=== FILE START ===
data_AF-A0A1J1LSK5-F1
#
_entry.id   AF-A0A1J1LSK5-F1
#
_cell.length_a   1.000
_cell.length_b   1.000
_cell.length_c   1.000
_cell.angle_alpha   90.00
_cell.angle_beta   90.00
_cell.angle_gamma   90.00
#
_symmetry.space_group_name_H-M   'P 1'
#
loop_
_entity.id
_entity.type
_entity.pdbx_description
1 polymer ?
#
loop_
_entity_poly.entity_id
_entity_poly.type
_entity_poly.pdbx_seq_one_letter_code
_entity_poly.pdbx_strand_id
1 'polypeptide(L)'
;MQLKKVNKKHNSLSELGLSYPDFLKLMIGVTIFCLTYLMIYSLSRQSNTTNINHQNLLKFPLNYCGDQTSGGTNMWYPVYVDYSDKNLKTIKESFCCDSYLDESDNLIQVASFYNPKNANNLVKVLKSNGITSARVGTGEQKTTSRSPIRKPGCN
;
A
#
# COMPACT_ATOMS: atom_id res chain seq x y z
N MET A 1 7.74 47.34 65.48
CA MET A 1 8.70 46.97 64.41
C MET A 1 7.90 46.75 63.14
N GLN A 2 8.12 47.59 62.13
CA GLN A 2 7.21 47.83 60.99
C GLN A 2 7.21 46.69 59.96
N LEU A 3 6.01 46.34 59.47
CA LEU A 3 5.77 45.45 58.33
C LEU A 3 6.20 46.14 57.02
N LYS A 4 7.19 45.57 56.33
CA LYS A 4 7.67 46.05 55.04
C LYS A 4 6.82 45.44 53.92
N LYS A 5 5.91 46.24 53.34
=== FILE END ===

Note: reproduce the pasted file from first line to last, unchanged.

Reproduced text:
data_AF-A0A1J1LSK5-F1
#
_entry.id   AF-A0A1J1LSK5-F1
#
_cell.length_a   1.000
_cell.length_b   1.000
_cell.length_c   1.000
_cell.angle_alpha   90.00
_cell.angle_beta   90.00
_cell.angle_gamma   90.00
#
_symmetry.space_group_name_H-M   'P 1'
#
loop_
_entity.id
_entity.type
_entity.pdbx_description
1 polymer ?
#
loop_
_entity_poly.entity_id
_entity_poly.type
_entity_poly.pdbx_seq_one_letter_code
_entity_poly.pdbx_strand_id
1 'polypeptide(L)'
;MQLKKVNKKHNSLSELGLSYPDFLKLMIGVTIFCLTYLMIYSLSRQSNTTNINHQNLLKFPLNYCGDQTSGGTNMWYPVYVDYSDKNLKTIKESFCCDSYLDESDNLIQVASFYNPKNANNLVKVLKSNGITSARVGTGEQKTTSRSPIRKPGCN
;
A
#
# COMPACT_ATOMS: atom_id res chain seq x y z
N MET A 1 7.74 47.34 65.48
CA MET A 1 8.70 46.97 64.41
C MET A 1 7.90 46.75 63.14
N GLN A 2 8.12 47.59 62.13
CA GLN A 2 7.21 47.83 60.99
C GLN A 2 7.21 46.69 59.96
N LEU A 3 6.01 46.34 59.47
CA LEU A 3 5.77 45.45 58.33
C LEU A 3 6.20 46.14 57.02
N LYS A 4 7.19 45.57 56.33
CA LYS A 4 7.67 46.05 55.04
C LYS A 4 6.82 45.44 53.92
N LYS A 5 5.91 46.24 53.34